With the combination of a very successful director, a very original idea and a very strong cast, Inception always had a lot going for it. There is a lot of hype around the film, but it more than justifies most of it. Christopher Nolan has always been strong at creating films that look incredible; while in theory it is Ellen Page’s Ariadne who is the artist designing the film’s dream sequences it is easy to make the connection back to Nolan revelling in his medium’s new visual possibilities.
This isn’t to say the film doesn’t have weaknesses. Many people have commented that it simply doesn’t make sense, but I didn’t think it was too hard to follow: once you get past the opening scenes (confusing mainly because nothing has yet been explained) the amount of exposition in the first part of the film makes the vast majority of the second part simple enough to follow. However a more fundamental problem are the holes in the plot.
Just one example of this is that we have no real idea why (or indeed if) the entire project is in anyway morally justified. We are given literally a sentence explanation: if the project doesn’t succeed then there will be a global energy monopoly. The fact that this line is stated by the rival of this company who quite possibly just wants to weaken a competitor is glossed over by the film: clearly we are not supposed to question that the goodies are good, and the baddies bad: this in spite of the fact that Cillian Murphy’s Robert Fischer seems nice enough and probably not deserving of having his empire ripped apart (remember, he only wants this because he’s tricked into doing so).
Yet despite this and many other holes (a man who can afford to buy an entire airline cannot finance any other way of achieving what he wants?), Inception is still a terrifically entertaining film. Part of this is the relentless action: it is hard to have time to question what is happening if every five minutes is punctuated by an explosion, a gunshot, or the streets of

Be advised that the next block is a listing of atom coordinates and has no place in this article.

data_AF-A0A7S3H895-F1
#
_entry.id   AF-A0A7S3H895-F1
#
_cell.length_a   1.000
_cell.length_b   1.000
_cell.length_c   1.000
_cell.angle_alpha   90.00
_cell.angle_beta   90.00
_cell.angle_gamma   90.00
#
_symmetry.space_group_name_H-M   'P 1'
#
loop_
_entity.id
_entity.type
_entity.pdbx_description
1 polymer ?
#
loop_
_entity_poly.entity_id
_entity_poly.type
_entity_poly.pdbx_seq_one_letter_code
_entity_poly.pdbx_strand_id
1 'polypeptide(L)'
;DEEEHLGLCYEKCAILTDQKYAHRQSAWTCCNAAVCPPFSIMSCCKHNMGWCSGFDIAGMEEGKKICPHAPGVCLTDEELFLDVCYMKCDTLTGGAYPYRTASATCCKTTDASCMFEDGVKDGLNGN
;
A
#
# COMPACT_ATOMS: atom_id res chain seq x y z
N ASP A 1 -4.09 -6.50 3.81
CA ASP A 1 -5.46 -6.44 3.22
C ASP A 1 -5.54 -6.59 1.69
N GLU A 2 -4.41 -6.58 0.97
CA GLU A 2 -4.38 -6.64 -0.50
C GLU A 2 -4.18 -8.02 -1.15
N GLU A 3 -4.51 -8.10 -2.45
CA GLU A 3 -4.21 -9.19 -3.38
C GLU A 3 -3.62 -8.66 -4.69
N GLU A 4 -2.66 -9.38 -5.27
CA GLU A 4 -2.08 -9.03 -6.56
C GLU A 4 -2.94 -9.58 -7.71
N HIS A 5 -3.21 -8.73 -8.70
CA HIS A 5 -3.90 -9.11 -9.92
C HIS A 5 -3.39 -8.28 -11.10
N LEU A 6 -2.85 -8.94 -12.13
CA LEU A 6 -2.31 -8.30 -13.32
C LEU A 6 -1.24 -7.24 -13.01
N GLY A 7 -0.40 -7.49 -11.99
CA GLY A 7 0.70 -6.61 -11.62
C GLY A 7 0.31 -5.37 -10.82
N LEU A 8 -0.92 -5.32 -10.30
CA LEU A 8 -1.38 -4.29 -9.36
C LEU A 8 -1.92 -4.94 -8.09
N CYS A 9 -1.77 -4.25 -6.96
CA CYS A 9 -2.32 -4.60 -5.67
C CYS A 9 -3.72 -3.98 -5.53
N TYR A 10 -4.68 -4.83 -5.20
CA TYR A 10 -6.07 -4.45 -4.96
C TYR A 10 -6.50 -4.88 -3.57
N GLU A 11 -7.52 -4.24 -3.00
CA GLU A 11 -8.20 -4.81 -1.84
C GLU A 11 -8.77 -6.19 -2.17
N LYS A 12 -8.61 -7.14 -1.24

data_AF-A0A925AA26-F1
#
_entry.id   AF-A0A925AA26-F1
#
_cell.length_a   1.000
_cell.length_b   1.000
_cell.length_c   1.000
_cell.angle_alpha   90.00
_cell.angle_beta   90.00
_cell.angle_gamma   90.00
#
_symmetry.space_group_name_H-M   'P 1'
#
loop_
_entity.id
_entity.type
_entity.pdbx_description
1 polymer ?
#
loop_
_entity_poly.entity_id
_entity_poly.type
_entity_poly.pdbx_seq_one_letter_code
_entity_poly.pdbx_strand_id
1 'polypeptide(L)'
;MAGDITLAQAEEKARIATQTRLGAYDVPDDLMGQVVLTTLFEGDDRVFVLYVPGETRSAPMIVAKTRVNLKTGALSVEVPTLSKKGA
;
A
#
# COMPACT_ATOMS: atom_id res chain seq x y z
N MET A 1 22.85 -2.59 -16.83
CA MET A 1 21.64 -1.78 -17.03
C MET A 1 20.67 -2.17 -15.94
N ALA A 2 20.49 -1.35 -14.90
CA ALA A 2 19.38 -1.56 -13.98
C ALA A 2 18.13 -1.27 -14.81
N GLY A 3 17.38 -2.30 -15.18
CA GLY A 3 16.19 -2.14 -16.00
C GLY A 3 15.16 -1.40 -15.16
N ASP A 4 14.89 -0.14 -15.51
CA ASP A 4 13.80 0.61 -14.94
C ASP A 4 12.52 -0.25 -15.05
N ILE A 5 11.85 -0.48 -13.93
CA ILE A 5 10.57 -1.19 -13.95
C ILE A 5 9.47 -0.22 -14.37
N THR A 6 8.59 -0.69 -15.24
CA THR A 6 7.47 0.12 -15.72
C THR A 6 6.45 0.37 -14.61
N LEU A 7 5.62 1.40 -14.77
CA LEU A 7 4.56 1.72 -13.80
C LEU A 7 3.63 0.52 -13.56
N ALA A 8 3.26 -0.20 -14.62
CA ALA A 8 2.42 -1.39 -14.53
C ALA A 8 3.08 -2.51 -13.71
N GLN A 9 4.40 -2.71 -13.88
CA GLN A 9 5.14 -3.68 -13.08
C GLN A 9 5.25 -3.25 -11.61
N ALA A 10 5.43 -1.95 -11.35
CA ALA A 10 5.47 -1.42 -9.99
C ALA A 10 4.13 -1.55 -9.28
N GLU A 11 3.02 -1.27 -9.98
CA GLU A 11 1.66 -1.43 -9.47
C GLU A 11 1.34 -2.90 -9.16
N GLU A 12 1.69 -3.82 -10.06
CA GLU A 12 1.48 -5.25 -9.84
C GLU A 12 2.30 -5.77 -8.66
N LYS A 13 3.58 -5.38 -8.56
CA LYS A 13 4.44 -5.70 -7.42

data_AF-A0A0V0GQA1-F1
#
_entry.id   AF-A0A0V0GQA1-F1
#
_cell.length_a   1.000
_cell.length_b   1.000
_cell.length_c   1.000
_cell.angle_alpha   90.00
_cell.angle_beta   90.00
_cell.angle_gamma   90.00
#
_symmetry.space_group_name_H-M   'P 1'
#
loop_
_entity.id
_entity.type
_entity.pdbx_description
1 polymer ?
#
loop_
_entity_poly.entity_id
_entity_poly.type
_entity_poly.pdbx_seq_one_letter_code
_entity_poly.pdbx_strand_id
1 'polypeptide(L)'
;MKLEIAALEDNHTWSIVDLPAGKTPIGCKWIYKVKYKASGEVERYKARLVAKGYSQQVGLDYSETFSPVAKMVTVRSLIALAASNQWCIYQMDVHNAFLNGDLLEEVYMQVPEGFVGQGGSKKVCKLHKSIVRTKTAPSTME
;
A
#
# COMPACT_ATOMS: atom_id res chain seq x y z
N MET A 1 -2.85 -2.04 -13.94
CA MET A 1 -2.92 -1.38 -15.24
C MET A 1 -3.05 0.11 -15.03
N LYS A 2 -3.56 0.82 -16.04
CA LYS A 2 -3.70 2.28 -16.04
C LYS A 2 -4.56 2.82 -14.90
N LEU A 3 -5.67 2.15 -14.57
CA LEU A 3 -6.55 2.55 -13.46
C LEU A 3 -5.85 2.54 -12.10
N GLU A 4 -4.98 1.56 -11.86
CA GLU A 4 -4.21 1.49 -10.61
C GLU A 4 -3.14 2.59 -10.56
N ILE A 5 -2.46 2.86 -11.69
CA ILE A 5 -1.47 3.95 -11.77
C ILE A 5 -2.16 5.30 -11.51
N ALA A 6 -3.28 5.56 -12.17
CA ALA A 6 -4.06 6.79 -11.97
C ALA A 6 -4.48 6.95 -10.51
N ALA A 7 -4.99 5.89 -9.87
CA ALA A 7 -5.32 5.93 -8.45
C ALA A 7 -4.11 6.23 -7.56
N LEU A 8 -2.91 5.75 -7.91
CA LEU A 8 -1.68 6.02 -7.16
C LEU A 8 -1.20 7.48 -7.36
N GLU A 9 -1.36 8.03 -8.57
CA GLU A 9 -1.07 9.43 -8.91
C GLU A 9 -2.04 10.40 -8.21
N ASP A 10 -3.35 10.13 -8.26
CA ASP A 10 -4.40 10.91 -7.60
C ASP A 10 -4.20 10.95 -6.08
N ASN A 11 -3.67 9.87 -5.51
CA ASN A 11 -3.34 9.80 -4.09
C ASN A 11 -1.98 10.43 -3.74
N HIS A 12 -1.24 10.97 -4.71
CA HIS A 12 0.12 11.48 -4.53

On top of this however is a further enormous strength of the film: the characterisation of Dom and Mal (who I honestly thought were called Tom and Moll for the entire of the film). Some have criticised Mal as one-dimensional and bitter, but that seems to miss the entire point: the Mal we see in the film is not the woman Dom loved. The story is tragic precisely for this reason: the dream-Mal is a pale and deeply flawed reflection of her real life counterpart; yet the love Dom felt for her is so much that he cannot let even this malevolent double leave him.
The second fascinating dimension to the Dom and Mal story is the idea of the distinctions between dreams and reality. Mark Kermode, BBC 5Live’s excellent film critic, made the point that part of the confusion in the film (best shown at the beginning and the end) as to what is real and what is a dream is a reflection of this same dilemma that the central characters face.
This age-old philosophical problem is given life by the relationship between the characters: if it is impossible to tell whether we’re in real life or a dream (or a dream within a dream within a dream within limbo) then why shouldn’t we choose the option where we can stay with the one we love? The fact that Dom doesn’t give in to this temptation aligns him with us in ‘the real world’, but nonetheless the temptation is placed out there. This reminded me of the scene in the first Matrix film where Cypher betrays his friends in order to abandon the harsh ‘real’ world and return to the blissful dream, however here it is given much more subtle treatment, mainly due to the positive emotion that binds the couple together.
Overall then, this is a really really good film, that’s well worth seeing twice. The weaknesses in the storyline are more than made up for by the originality of the concept, the pace of the action, but most importantly the emotional connection between the characters. Oh and you get to stare at Ellen Page and/or Leonardo DiCaprio for two and half hours, so it definitely has something for everyone!